P O BOX 8126, MADISON, WI 53708-8126 (608/266-9850)



Hearing No. 99604303MW

The Labor and Industry Review Commission found that the employee voluntarily quit her employment and that the quitting was not for any reason constituting an exception to Wis Stat. 108.04(7)(a). Unemployment benefits were denied. The employee appealed the commission's decision to the Milwaukee County Circuit Court. The court concluded as a matter of law that the employee did not voluntarily terminate her employment under Wis. Stat. 108.04(7)(a). The court remanded the matter to the commission to determine whether the employee was discharged for misconduct pursuant to Wis. Stat. 108.04(5).

The commission has reviewed the the record and the evidence submitted to the administrative law judge. Based on its review, and pursuant to the decision of the circuit court, the commission makes the following:


The employee began working for the employer in August 1998 as a security officer. The employer is in the business of providing a security guard service. On May 10, 1999, the employee accepted an assignment from the employer to work at a nursing home on Tuesdays and Saturdays. She worked at the nursing home on Tuesday, May 11, 1999. That was her last day of work for the employer.

On May 12, 1999, a field supervisor for the employer contacted the employee by telephone and offered the employee an assignment at Badger Truck. The assignment was to start at 3:00 p.m. that day and was from 3:00 p.m. to 11:00 p.m. It was a three-day assignment and the pay was $7.50 per hour. The employee told the supervisor that she could not accept that assignment because she was providing care for her granddaughter.

The supervisor called the employee again later that day and offered the employee a second assignment. That assignment was at Saturn of Milwaukee, a car dealership. It was to start at 9:00 p.m. on that day and last until 6:00 a.m. the next morning. The assignment was for two days and was given to the employee at about 1:00 p.m. The employee refused the assignment and told the supervisor that she had to wait for her daughter to bring the daughter's vehicle home and that she needed to arrange that in advance.

The supervisor then offered the employee a third assignment at Hub South, a car dealership. That assignment was also to start at 9:00 p.m. that day and last until 6:00 a.m. It was a two-day assignment and the rate of pay was $7.50 per hour. The employee told the supervisor that she could not accept that assignment either because of the lack of transportation.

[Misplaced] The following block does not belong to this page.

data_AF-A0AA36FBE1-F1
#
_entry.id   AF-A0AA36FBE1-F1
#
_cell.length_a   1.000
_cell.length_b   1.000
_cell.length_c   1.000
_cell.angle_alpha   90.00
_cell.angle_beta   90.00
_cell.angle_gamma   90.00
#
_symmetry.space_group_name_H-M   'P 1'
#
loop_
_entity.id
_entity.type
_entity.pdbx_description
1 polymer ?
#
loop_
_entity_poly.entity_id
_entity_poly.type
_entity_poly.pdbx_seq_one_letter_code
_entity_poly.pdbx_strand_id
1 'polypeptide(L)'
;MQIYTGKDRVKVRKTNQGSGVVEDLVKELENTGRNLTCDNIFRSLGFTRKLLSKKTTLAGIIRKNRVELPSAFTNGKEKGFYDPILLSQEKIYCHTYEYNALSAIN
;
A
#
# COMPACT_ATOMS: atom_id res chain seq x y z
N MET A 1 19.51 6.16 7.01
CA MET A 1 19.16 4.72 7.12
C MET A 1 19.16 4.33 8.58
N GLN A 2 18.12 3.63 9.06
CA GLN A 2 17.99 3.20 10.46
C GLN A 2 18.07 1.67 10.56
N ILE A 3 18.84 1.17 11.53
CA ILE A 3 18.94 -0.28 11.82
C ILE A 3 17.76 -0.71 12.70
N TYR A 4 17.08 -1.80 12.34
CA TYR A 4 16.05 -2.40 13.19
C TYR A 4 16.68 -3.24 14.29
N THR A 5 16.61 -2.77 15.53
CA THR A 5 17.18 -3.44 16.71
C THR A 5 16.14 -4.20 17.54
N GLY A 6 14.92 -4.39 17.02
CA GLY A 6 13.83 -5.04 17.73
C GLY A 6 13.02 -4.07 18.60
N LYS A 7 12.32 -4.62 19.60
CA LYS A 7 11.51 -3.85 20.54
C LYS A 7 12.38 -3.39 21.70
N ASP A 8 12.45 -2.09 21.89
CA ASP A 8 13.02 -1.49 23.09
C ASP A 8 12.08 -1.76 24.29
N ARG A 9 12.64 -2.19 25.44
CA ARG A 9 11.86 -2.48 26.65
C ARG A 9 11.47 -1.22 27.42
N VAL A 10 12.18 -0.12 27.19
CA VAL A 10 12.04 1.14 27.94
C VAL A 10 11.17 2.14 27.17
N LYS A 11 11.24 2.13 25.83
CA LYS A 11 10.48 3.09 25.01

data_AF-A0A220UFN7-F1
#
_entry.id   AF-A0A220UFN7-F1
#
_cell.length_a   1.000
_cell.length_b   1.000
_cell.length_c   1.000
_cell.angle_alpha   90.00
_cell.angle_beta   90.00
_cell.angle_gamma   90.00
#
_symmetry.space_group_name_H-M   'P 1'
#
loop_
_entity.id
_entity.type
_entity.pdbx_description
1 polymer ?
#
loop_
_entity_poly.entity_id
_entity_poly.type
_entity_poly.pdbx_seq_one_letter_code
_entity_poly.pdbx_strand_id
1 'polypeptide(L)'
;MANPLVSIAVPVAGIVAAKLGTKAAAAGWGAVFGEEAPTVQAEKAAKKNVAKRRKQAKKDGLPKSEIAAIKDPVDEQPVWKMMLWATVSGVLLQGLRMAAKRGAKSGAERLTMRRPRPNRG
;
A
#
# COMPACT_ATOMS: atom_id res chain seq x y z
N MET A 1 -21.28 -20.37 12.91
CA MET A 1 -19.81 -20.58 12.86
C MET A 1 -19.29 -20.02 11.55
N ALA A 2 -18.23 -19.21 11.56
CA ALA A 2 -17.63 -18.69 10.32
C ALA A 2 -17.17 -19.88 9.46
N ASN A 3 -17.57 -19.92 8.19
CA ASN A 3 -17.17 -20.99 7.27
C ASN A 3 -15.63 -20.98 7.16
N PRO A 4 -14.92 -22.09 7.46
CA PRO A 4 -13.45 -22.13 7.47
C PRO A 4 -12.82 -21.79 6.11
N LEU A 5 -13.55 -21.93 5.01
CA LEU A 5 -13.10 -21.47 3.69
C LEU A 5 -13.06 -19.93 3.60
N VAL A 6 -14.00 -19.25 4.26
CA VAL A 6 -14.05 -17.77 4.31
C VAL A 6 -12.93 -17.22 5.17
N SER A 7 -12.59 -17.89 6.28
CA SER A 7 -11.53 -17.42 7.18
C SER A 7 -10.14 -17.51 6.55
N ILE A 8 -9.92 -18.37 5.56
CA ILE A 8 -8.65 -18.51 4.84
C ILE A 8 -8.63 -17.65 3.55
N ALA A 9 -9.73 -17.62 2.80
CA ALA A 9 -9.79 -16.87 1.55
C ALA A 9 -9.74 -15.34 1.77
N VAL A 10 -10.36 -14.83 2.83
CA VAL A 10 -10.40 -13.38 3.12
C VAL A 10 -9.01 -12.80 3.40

On Friday, May 14, 1999 the employee called the employer and asked if she needed to work on Saturday at the nursing home. She was told that her employment was terminated.

The evidence in this record does not establish that the employee's discharge was for misconduct. The employee had accepted an assignment which was to have continued after her employment terminated. She had valid reasons for refusing the assignments on May 12, 1999. The employee was not notified that her failure to accept those assignments would result in the termination of her employment.

The commission therefore finds that in week 20 of 1999, the employee was discharged but not for misconduct connected with her work for the employer, within the meaning of Wis. Stat. 108.04 (5).


The decision of the administrative law judge is reversed. Accordingly, the employee is eligible for unemployment benefits beginning in week 20 of 1999, if she is otherwise qualified. This matter is remanded to the department to determine whether the employee was with due notice called on by her current employer to perform available work, whether the employee was available for that work and the amount of wages she could have earned had she performed all the available work in week 20 of 1999, unless otherwise resolved.

Dated and mailed April 6, 2001
kelsema . urr : 160 :  VL 1007.01  VL 1025  VL 1035

/s/ David B. Falstad, Chairman

/s/ James A. Rutkowski, Commissioner


[Circuit Court decision summary]

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uploaded 2001/04/09